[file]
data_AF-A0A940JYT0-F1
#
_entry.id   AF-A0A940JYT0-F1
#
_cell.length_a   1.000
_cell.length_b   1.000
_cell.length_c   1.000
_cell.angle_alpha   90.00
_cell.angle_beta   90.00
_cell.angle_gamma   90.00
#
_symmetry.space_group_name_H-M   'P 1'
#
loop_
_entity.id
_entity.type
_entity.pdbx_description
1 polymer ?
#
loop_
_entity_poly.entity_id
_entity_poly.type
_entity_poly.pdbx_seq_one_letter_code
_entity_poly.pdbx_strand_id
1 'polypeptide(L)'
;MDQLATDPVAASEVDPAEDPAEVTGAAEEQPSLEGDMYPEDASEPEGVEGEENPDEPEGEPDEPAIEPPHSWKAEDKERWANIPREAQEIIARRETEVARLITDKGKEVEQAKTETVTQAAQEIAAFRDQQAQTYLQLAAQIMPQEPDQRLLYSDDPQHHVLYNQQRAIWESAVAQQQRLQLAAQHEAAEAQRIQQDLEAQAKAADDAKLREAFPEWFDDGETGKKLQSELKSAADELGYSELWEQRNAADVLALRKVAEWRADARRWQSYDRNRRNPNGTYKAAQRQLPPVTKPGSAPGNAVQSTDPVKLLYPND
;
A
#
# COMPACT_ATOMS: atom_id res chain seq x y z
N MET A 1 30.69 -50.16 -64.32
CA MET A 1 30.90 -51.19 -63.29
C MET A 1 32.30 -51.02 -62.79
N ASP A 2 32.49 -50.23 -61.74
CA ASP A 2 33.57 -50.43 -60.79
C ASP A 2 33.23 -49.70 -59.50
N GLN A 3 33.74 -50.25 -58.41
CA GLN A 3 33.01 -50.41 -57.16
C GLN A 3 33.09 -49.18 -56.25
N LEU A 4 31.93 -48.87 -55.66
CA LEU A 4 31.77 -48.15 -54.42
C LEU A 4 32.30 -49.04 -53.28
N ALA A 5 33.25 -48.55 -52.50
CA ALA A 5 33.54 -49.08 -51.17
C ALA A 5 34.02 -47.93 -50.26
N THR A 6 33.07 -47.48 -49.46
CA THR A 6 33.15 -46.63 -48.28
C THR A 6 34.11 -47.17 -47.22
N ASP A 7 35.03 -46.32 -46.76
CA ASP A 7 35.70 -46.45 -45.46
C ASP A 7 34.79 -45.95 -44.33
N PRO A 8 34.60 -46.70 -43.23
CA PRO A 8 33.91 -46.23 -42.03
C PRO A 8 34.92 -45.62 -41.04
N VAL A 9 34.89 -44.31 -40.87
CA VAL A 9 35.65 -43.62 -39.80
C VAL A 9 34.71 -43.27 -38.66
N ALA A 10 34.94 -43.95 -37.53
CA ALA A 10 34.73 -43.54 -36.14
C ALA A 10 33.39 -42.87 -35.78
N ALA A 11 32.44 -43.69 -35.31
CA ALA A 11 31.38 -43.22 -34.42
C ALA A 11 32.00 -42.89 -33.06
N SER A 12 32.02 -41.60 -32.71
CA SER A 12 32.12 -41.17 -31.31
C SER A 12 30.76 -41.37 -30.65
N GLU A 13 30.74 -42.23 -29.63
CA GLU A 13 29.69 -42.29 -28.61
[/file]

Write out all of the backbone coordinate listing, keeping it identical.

data_AF-A0A940JYT0-F1
#
_entry.id   AF-A0A940JYT0-F1
#
_cell.length_a   1.000
_cell.length_b   1.000
_cell.length_c   1.000
_cell.angle_alpha   90.00
_cell.angle_beta   90.00
_cell.angle_gamma   90.00
#
_symmetry.space_group_name_H-M   'P 1'
#
loop_
_entity.id
_entity.type
_entity.pdbx_description
1 polymer ?
#
loop_
_entity_poly.entity_id
_entity_poly.type
_entity_poly.pdbx_seq_one_letter_code
_entity_poly.pdbx_strand_id
1 'polypeptide(L)'
;MDQLATDPVAASEVDPAEDPAEVTGAAEEQPSLEGDMYPEDASEPEGVEGEENPDEPEGEPDEPAIEPPHSWKAEDKERWANIPREAQEIIARRETEVARLITDKGKEVEQAKTETVTQAAQEIAAFRDQQAQTYLQLAAQIMPQEPDQRLLYSDDPQHHVLYNQQRAIWESAVAQQQRLQLAAQHEAAEAQRIQQDLEAQAKAADDAKLREAFPEWFDDGETGKKLQSELKSAADELGYSELWEQRNAADVLALRKVAEWRADARRWQSYDRNRRNPNGTYKAAQRQLPPVTKPGSAPGNAVQSTDPVKLLYPND
;
A
#
# COMPACT_ATOMS: atom_id res chain seq x y z
N MET A 1 30.69 -50.16 -64.32
CA MET A 1 30.90 -51.19 -63.29
C MET A 1 32.30 -51.02 -62.79
N ASP A 2 32.49 -50.23 -61.74
CA ASP A 2 33.57 -50.43 -60.79
C ASP A 2 33.23 -49.70 -59.50
N GLN A 3 33.74 -50.25 -58.41
CA GLN A 3 33.01 -50.41 -57.16
C GLN A 3 33.09 -49.18 -56.25
N LEU A 4 31.93 -48.87 -55.66
CA LEU A 4 31.77 -48.15 -54.42
C LEU A 4 32.30 -49.04 -53.28
N ALA A 5 33.25 -48.55 -52.50
CA ALA A 5 33.54 -49.08 -51.17
C ALA A 5 34.02 -47.93 -50.26
N THR A 6 33.07 -47.48 -49.46
CA THR A 6 33.15 -46.63 -48.28
C THR A 6 34.11 -47.17 -47.22
N ASP A 7 35.03 -46.32 -46.76
CA ASP A 7 35.70 -46.45 -45.46
C ASP A 7 34.79 -45.95 -44.33
N PRO A 8 34.60 -46.70 -43.23
CA PRO A 8 33.91 -46.23 -42.03
C PRO A 8 34.92 -45.62 -41.04
N VAL A 9 34.89 -44.31 -40.87
CA VAL A 9 35.65 -43.62 -39.80
C VAL A 9 34.71 -43.27 -38.66
N ALA A 10 34.94 -43.95 -37.53
CA ALA A 10 34.73 -43.54 -36.14
C ALA A 10 33.39 -42.87 -35.78
N ALA A 11 32.44 -43.69 -35.31
CA ALA A 11 31.38 -43.22 -34.42
C ALA A 11 32.00 -42.89 -33.06
N SER A 12 32.02 -41.60 -32.71
CA SER A 12 32.12 -41.17 -31.31
C SER A 12 30.76 -41.37 -30.65
N GLU A 13 30.74 -42.23 -29.63
CA GLU A 13 29.69 -42.29 -28.61